By Metta Spencer
The past year has been full and mostly gratifying. But before we consider the details, we should pause for a moment to remember five beloved allies who have left us this year. Some of you may have known them all, but I’ll say a bit about each one.
David Bell was a political scientist and environmentalist. He was dean of the Faculty of Environmental Studies at York until he retired. He served on the National Round Table on Environment and Economy and, when it was abolished, became chair of an umbrella organization, Learning for a Sustainable Future. He had intended to initiate and co-chair our working group on climate change education but died prematurely a few months ago.
Robert Campbell was a lawyer in Toronto for 45 years. A kindly, quiet man of short stature, he had served as chair of the Civil Justice Sub-Section of the Canadian Bar Association. He had served on our board of directors in 2006-7. He died at the age of 100 in the Sunnybrook Veterans retirement home.
Ursula Franklin was well-known as metallurgist and Quaker pacifist. Her book, The Real World of Technology, was based on her Massey Lectures. She was a professor at U of T for more than 40 years and she kept an office at Massey College after retiring. She and her husband Fred lived at Christie Gardens, where it seems that most old Toronto peaceniks go to spend their last years together.
Calvin Gotlieb. Kelly, as he was known, was also sometimes called the “father of Canadian computing.” He was a professor in the department of computer science and lived to be 96. Just four or five years ago I heard him deliver an extremely effective lecture at Senior College. He had been active in the committee that developed the Toronto Resolution, an ethical code for scientists. After a lapse of some years, he re-joined Science for Peace a couple of years ago when I was hoping to re-establish an ethics committee. That did not happen but he enjoyed his renewed contact with us.
Douglas Scott was a lawyer in Hamilton who founded an organization called the Markland Group to study nuclear weapons-related issues. Until a couple of years ago he enjoyed coming to Toronto to plays. I’d pick him up at the Go bus and we’d have dinner and go to the theatre. He never married but after his death I learned that he had been active in Big Brothers, and had served as a dear surrogate father for the man who wrote his obituary in the Globe and Mail.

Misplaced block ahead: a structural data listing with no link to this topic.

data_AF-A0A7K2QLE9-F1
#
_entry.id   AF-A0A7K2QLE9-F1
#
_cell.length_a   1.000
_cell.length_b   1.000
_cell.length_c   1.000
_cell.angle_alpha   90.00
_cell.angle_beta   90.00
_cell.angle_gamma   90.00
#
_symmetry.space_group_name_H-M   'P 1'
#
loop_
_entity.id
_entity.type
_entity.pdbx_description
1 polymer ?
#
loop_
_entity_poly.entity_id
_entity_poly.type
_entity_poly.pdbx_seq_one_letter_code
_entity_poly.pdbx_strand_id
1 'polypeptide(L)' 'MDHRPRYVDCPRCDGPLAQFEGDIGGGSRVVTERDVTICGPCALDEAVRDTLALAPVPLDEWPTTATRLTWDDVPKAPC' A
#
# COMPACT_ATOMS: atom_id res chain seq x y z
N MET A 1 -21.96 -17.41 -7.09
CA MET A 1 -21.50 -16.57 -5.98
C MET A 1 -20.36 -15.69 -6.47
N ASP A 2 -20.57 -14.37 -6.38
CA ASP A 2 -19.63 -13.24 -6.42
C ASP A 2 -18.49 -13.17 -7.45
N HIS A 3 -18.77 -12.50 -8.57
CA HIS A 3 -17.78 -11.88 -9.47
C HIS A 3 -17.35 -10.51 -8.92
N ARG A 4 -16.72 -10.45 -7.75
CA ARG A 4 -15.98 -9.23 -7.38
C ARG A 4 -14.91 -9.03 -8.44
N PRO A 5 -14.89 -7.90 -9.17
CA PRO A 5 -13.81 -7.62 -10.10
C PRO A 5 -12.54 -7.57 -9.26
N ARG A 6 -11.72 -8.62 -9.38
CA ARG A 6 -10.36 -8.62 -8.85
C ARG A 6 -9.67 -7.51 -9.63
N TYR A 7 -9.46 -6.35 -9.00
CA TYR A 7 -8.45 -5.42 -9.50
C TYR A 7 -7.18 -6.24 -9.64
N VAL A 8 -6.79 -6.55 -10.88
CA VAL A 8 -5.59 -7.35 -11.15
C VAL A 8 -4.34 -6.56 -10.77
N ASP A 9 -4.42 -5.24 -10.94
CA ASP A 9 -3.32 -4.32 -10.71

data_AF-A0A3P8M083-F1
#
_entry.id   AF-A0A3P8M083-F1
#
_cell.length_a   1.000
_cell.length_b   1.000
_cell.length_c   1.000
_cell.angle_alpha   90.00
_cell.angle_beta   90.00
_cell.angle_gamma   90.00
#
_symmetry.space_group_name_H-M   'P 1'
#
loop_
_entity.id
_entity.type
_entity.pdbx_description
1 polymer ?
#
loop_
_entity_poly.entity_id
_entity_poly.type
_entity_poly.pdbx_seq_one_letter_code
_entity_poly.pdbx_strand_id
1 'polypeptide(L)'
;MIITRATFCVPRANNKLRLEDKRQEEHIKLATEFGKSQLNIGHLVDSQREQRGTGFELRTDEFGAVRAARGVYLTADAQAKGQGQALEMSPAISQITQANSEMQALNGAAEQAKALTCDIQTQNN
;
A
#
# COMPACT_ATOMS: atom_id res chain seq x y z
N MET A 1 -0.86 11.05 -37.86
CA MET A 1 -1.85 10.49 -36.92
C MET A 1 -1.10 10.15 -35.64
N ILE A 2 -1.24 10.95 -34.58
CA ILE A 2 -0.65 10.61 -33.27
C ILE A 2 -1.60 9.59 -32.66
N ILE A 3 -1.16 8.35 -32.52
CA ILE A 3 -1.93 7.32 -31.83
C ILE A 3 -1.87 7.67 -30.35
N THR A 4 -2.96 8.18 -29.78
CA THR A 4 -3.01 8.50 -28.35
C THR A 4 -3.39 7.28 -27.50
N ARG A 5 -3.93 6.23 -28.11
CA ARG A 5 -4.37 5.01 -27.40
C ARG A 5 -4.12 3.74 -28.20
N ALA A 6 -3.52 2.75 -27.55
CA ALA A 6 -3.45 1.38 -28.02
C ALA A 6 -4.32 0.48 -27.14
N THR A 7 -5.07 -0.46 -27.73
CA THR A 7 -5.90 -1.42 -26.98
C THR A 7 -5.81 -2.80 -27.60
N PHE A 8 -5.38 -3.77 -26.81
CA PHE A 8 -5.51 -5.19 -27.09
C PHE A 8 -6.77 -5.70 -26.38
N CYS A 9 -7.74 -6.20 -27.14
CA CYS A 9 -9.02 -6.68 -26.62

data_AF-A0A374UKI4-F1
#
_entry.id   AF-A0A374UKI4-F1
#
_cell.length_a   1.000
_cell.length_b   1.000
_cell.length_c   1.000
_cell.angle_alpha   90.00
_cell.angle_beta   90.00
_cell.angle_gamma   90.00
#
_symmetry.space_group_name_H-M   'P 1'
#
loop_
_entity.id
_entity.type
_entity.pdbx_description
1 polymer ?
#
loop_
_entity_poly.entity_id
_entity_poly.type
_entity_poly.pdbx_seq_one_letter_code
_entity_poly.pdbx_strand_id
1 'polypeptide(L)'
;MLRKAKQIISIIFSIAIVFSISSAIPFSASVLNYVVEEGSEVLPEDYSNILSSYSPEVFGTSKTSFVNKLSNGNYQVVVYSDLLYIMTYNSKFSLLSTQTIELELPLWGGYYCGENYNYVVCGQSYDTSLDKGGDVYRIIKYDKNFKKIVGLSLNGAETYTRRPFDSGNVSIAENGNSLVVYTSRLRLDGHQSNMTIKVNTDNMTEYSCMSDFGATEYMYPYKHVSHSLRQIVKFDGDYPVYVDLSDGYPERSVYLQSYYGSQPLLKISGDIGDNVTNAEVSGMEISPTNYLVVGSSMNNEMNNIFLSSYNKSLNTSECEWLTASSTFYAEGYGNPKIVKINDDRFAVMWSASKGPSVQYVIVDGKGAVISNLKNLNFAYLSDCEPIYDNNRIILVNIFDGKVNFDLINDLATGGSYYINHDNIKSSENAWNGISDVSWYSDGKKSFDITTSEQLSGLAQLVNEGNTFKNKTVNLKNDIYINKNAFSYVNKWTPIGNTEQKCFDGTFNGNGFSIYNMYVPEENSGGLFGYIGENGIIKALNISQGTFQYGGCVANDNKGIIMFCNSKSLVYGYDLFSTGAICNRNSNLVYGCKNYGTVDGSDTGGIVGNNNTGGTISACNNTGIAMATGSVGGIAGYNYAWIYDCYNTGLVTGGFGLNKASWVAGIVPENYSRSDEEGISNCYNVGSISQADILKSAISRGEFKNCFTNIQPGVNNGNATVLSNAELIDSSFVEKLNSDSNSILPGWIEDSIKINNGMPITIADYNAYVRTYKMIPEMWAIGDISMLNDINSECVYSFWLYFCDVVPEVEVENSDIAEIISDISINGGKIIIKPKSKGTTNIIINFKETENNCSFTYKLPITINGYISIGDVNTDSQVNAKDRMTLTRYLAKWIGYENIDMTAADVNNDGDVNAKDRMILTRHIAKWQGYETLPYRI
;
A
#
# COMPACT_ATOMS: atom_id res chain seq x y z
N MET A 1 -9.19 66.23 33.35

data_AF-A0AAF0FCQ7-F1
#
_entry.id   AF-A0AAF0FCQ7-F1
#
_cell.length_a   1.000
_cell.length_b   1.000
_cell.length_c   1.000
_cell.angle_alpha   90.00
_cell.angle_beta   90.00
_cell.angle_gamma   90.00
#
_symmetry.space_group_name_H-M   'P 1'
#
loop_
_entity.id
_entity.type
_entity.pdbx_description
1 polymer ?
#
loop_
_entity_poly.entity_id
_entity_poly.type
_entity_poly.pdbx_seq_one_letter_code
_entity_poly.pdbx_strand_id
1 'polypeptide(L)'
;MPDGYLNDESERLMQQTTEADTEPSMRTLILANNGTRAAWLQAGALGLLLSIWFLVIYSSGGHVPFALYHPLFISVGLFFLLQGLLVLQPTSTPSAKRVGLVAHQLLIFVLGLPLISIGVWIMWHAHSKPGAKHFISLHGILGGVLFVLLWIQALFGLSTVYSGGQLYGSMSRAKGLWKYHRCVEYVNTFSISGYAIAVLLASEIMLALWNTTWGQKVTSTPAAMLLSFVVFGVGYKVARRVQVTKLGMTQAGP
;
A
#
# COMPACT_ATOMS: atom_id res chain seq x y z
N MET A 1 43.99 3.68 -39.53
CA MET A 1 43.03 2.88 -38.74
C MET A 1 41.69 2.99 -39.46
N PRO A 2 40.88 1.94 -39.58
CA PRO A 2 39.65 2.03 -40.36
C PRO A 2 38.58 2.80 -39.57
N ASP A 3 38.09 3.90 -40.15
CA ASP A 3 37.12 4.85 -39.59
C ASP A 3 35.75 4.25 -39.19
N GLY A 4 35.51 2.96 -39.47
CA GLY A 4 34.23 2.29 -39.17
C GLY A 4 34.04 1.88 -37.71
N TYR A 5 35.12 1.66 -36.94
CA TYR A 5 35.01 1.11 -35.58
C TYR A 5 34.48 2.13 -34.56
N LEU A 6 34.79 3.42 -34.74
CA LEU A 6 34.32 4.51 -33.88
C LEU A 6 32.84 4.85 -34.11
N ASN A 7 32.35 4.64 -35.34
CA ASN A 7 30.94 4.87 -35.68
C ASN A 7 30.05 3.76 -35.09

These five people were devoted to repairing the world, and they went about their tasks faithfully. Can we please stand for a moment of silent remembrance of their lives.
Now let’s get down to our own tasks and review our accomplishment and our prospects for the future. Although in numbers we have continued to diminish, we have greatly expanded the number and range of our activities. We now have twelve working groups, about half of which have developed a core of reliable and willing members.
The biggest news of our year was that we received a generous bequest from the estate of Edith Fowke, a Toronto broadcaster and folklorist who left a considerable amount of money to be divided among ten Canadian peace groups, which were chosen by Hanna Newcombe before her own death. We have received $150,000 of that money so far and expect to receive several thousand more after the legal proceedings are completed. The board of directors has decided never to spend the capital, but only the annual interest, which may come to about $10,000 per year.
We should subdue our fantasies, since, although the wonderful gift will help pay for our lively program, it will not go very far, as our treasurer will explain. We must undertake a fundraising campaign and a drive to revive our lagging levels of membership.
|Climate Change Education||Jose Etcheverry|
|Cold War II?||Leon Kosals|
|Community Sustainability||Lloyd Helferty|
|Cyber Security||Jack Gemmell|
|Freedom for Research||Chandler Davis|
|Good Global Governance||Helmut Burkhardt|
|Middle East||Mohamad Tavakoli|
|Nonviolence and Civil Society||Ellie Kirzner|
|Nuclear Weapons||Rob Acheson|
You can read the individual reports submitted by these groups, but I’ll offer my impressions too. I think seven have taken root and are functioning well, while five have not met regularly or attracted a consistent group of active participants, so we’ll need to build them up or else decide to let them go. These five less developed ones are:
Climate Change Education, which José took on single-handedly after David Bell’s passing. It has not attracted enough members yet, but we surely don’t want to let it go. Climate change is one of the two key issues that SfP must address, so we must find ways to make it succeed.
Cold War II? Leon Kosals chairs this group but he lives about half the year in Moscow, where he is a professor of economic sociology. The purpose of the group is to hold a video-conferencing conversation at each meeting with a well-informed person in Russia. We have to hold the meetings during our noon hour because of the eight- or nine-hour time difference. Sometimes there is good attendance but much can be improved if we find a co-chair and set a specific day of each month to meet. Regularity and predictability make a huge difference, and no single chairperson can always be present.